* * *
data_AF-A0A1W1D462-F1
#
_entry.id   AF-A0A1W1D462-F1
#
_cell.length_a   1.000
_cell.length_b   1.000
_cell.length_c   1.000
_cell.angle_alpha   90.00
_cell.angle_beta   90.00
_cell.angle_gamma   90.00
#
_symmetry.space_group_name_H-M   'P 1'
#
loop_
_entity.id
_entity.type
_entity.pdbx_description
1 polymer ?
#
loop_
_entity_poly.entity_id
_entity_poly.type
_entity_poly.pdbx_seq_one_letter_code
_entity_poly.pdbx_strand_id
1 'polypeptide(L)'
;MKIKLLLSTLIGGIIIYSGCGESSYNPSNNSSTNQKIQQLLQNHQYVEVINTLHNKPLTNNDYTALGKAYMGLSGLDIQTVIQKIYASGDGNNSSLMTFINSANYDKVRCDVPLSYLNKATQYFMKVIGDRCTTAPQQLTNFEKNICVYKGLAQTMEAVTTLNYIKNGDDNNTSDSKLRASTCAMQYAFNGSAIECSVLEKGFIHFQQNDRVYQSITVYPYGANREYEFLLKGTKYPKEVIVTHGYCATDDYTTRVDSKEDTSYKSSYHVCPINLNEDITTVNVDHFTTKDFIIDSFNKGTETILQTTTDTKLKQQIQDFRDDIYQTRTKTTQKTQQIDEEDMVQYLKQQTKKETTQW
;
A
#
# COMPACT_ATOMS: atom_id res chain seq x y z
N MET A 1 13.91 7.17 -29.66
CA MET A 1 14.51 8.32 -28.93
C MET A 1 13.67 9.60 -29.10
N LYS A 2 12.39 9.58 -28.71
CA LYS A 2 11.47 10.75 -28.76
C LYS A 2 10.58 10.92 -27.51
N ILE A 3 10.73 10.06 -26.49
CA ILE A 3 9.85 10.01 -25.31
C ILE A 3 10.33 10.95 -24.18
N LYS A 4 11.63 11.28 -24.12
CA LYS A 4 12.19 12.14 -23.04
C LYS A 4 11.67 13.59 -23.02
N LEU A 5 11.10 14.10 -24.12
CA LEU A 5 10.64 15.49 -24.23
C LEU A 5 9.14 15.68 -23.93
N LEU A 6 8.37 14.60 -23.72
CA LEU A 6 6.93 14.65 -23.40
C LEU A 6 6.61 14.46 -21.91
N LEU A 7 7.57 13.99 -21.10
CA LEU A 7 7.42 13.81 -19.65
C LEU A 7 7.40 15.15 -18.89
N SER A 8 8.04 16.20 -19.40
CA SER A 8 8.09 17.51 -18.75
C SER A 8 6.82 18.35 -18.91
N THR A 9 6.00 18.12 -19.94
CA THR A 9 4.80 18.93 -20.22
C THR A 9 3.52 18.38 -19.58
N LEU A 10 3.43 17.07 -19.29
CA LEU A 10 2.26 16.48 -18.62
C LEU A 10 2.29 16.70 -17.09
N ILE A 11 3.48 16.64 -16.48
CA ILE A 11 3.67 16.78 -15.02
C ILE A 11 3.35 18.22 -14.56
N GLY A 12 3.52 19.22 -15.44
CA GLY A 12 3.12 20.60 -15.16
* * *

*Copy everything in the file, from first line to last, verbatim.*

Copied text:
data_AF-A0A1W1D462-F1
#
_entry.id   AF-A0A1W1D462-F1
#
_cell.length_a   1.000
_cell.length_b   1.000
_cell.length_c   1.000
_cell.angle_alpha   90.00
_cell.angle_beta   90.00
_cell.angle_gamma   90.00
#
_symmetry.space_group_name_H-M   'P 1'
#
loop_
_entity.id
_entity.type
_entity.pdbx_description
1 polymer ?
#
loop_
_entity_poly.entity_id
_entity_poly.type
_entity_poly.pdbx_seq_one_letter_code
_entity_poly.pdbx_strand_id
1 'polypeptide(L)'
;MKIKLLLSTLIGGIIIYSGCGESSYNPSNNSSTNQKIQQLLQNHQYVEVINTLHNKPLTNNDYTALGKAYMGLSGLDIQTVIQKIYASGDGNNSSLMTFINSANYDKVRCDVPLSYLNKATQYFMKVIGDRCTTAPQQLTNFEKNICVYKGLAQTMEAVTTLNYIKNGDDNNTSDSKLRASTCAMQYAFNGSAIECSVLEKGFIHFQQNDRVYQSITVYPYGANREYEFLLKGTKYPKEVIVTHGYCATDDYTTRVDSKEDTSYKSSYHVCPINLNEDITTVNVDHFTTKDFIIDSFNKGTETILQTTTDTKLKQQIQDFRDDIYQTRTKTTQKTQQIDEEDMVQYLKQQTKKETTQW
;
A
#
# COMPACT_ATOMS: atom_id res chain seq x y z
N MET A 1 13.91 7.17 -29.66
CA MET A 1 14.51 8.32 -28.93
C MET A 1 13.67 9.60 -29.10
N LYS A 2 12.39 9.58 -28.71
CA LYS A 2 11.47 10.75 -28.76
C LYS A 2 10.58 10.92 -27.51
N ILE A 3 10.73 10.06 -26.49
CA ILE A 3 9.85 10.01 -25.31
C ILE A 3 10.33 10.95 -24.18
N LYS A 4 11.63 11.28 -24.12
CA LYS A 4 12.19 12.14 -23.04
C LYS A 4 11.67 13.59 -23.02
N LEU A 5 11.10 14.10 -24.12
CA LEU A 5 10.64 15.49 -24.23
C LEU A 5 9.14 15.68 -23.93
N LEU A 6 8.37 14.60 -23.72
CA LEU A 6 6.93 14.65 -23.40
C LEU A 6 6.61 14.46 -21.91
N LEU A 7 7.57 13.99 -21.10
CA LEU A 7 7.42 13.81 -19.65
C LEU A 7 7.40 15.15 -18.89
N SER A 8 8.04 16.20 -19.40
CA SER A 8 8.09 17.51 -18.75
C SER A 8 6.82 18.35 -18.91
N THR A 9 6.00 18.12 -19.94
CA THR A 9 4.80 18.93 -20.22
C THR A 9 3.52 18.38 -19.58
N LEU A 10 3.43 17.07 -19.29
CA LEU A 10 2.26 16.48 -18.62
C LEU A 10 2.29 16.70 -17.09
N ILE A 11 3.48 16.64 -16.48
CA ILE A 11 3.67 16.78 -15.02
C ILE A 11 3.35 18.22 -14.56
N GLY A 12 3.52 19.22 -15.44
CA GLY A 12 3.12 20.60 -15.16